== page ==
Without rushing, I manage to haul myself into an elegant sitting position. Thankfully, vagina-girl has moved on and a group of six clothed young adults have taken her spot. The pressure is on. It’s tangible. He says I’ve had his attention all afternoon and he’d like to spend the night with me. I say, no thanks, a little too brightly. It didn’t come out the way I wanted it to. In spite of his very big ego and fifty plus years, I know I’ve hurt his feelings. I think I mumble and blather on about not being ready. He hasn’t asked my story so I haven’t been able to talk about my fairly recent break up. He probably thinks I’ve been alone these past six years since the divorce.
Did he just say toughen up buttercup? Aw, he is hurt.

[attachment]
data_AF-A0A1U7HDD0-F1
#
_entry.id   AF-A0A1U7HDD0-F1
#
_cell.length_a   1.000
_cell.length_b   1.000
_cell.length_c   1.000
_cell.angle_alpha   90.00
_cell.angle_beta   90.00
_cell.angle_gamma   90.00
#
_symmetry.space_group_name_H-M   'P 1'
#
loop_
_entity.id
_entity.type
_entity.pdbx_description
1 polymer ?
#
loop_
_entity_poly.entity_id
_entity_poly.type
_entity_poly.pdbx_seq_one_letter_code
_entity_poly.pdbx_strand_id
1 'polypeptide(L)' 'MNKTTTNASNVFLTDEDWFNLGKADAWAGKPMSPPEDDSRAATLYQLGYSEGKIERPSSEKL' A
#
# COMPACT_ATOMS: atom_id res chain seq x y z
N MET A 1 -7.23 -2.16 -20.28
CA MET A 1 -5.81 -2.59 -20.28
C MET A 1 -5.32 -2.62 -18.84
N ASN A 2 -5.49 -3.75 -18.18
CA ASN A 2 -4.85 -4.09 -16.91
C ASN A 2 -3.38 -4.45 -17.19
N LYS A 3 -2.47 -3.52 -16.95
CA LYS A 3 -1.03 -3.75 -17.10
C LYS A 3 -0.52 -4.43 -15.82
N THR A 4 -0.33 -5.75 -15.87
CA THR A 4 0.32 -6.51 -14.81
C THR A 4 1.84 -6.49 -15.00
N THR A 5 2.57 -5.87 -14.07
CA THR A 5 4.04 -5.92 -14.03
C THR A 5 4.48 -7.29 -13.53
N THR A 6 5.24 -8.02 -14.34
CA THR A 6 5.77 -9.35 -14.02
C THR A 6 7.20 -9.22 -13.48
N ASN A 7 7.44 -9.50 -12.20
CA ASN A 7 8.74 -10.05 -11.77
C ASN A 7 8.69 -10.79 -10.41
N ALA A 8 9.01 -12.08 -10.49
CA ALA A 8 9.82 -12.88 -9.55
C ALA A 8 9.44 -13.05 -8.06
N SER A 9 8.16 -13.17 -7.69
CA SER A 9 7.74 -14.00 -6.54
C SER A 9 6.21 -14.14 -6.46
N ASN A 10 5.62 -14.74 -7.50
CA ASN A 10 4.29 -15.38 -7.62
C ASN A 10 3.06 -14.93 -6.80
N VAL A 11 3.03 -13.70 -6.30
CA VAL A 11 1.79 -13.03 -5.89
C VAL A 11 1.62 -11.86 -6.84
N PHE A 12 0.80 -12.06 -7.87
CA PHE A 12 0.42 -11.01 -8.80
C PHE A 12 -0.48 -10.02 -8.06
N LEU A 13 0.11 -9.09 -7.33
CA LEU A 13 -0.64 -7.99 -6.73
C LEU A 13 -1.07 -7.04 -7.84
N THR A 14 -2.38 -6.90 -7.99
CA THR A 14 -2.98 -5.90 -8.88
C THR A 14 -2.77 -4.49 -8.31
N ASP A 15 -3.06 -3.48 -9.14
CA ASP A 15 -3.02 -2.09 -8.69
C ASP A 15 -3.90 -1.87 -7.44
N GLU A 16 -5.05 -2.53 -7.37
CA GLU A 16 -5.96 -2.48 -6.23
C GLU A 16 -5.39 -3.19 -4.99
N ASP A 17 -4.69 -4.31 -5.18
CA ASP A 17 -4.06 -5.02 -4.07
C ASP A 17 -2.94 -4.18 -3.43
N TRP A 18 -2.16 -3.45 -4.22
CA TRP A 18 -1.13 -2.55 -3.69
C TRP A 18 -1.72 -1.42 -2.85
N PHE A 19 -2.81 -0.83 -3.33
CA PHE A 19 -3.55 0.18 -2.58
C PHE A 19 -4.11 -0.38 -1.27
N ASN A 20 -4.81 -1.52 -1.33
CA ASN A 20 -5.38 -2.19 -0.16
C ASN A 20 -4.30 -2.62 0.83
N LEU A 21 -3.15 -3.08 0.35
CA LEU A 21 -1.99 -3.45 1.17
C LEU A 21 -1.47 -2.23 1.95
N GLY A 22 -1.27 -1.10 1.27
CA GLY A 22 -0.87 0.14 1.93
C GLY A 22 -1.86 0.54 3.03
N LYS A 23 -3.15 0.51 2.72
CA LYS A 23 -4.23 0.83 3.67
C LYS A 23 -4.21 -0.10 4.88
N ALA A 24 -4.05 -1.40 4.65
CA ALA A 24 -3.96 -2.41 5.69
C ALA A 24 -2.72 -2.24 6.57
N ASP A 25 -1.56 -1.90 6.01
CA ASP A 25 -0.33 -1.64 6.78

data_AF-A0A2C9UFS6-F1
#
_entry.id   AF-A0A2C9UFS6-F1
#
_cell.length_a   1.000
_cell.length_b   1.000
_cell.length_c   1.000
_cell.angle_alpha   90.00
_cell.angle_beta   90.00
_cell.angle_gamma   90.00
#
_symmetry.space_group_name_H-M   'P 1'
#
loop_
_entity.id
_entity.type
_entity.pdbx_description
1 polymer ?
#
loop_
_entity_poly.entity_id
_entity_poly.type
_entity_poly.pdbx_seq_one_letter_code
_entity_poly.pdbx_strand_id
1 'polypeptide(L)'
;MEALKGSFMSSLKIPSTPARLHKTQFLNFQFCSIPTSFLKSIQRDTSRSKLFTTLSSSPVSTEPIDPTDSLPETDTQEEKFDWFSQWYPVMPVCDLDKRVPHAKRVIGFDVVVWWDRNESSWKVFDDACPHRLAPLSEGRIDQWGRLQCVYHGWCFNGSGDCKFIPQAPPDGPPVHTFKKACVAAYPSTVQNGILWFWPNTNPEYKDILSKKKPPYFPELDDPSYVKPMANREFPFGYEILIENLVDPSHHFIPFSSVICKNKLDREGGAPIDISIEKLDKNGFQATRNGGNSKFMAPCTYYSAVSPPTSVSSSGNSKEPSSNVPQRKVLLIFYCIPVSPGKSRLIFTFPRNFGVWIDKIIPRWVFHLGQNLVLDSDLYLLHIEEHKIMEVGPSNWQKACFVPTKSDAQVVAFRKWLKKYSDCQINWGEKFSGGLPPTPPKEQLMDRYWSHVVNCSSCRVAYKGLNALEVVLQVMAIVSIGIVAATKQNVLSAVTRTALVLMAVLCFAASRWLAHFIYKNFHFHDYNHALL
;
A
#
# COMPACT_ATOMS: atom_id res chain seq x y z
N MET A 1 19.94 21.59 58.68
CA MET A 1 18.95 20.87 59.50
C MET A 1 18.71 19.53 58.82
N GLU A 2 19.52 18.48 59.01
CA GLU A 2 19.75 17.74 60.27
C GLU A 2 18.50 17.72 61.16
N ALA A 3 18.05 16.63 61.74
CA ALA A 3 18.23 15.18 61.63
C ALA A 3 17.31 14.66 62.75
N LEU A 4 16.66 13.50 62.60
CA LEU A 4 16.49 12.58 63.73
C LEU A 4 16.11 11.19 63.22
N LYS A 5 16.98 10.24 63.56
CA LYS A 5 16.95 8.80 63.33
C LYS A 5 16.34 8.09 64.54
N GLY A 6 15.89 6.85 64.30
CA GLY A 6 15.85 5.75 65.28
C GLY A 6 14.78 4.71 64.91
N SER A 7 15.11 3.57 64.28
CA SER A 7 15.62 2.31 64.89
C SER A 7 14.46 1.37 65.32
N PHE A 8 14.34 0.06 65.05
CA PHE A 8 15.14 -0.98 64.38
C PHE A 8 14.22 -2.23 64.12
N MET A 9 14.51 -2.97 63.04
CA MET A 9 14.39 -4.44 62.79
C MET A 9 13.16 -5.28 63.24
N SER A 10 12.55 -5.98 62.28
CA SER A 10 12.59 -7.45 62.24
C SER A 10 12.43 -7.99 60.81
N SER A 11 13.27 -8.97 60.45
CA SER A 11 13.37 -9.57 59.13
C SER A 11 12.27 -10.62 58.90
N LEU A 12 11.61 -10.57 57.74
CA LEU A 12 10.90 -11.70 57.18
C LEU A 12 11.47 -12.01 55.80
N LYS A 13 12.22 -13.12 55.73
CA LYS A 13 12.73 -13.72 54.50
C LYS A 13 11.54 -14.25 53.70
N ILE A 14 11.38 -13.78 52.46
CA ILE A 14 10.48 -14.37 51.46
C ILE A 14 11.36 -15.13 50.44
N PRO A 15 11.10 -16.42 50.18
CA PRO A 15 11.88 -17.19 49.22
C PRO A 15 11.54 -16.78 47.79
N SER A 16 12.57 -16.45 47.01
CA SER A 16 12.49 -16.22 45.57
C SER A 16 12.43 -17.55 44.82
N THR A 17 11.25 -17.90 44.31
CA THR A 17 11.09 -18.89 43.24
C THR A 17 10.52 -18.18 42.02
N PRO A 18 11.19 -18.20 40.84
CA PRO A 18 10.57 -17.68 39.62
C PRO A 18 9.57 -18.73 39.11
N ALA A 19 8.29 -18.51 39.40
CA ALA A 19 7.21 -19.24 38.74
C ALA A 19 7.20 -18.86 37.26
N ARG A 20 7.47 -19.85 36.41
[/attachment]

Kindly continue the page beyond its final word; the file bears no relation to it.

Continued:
I put my sandals back on. He offers to walk me to my car. Once there, a quick hug and fleeting lip kiss. I tell him he’s very attractive and that I’ve had a lovely afternoon.
Can I drive you somewhere?
Nah, it’s all right. I’ve got the bike. He gestures with a thumb. That high IQ obviously didn't kick in when it comes to DUI. This was his eleventh charge.
I know he’ll be back at the hotel smoking a cone within the hour. I feel a bit sad for him. He says he’s doing exactly what he wants but I know he misses his daughter. Hasn’t seen her for three years. Is he really a Chief? Related to Temuera Morrison? With cousins in Catch A Fire? Head-hunted by the All Blacks?
He won’t contact me now he knows I don’t put out, but if you think I wouldn't do coffee with him again you'd be wrong.
PS. He’s only up to page 16 of 'Shantaram'. He confessed that every time he picks it up to read it he falls asleep. He’s been carrying the tome around for nigh on sixteen months.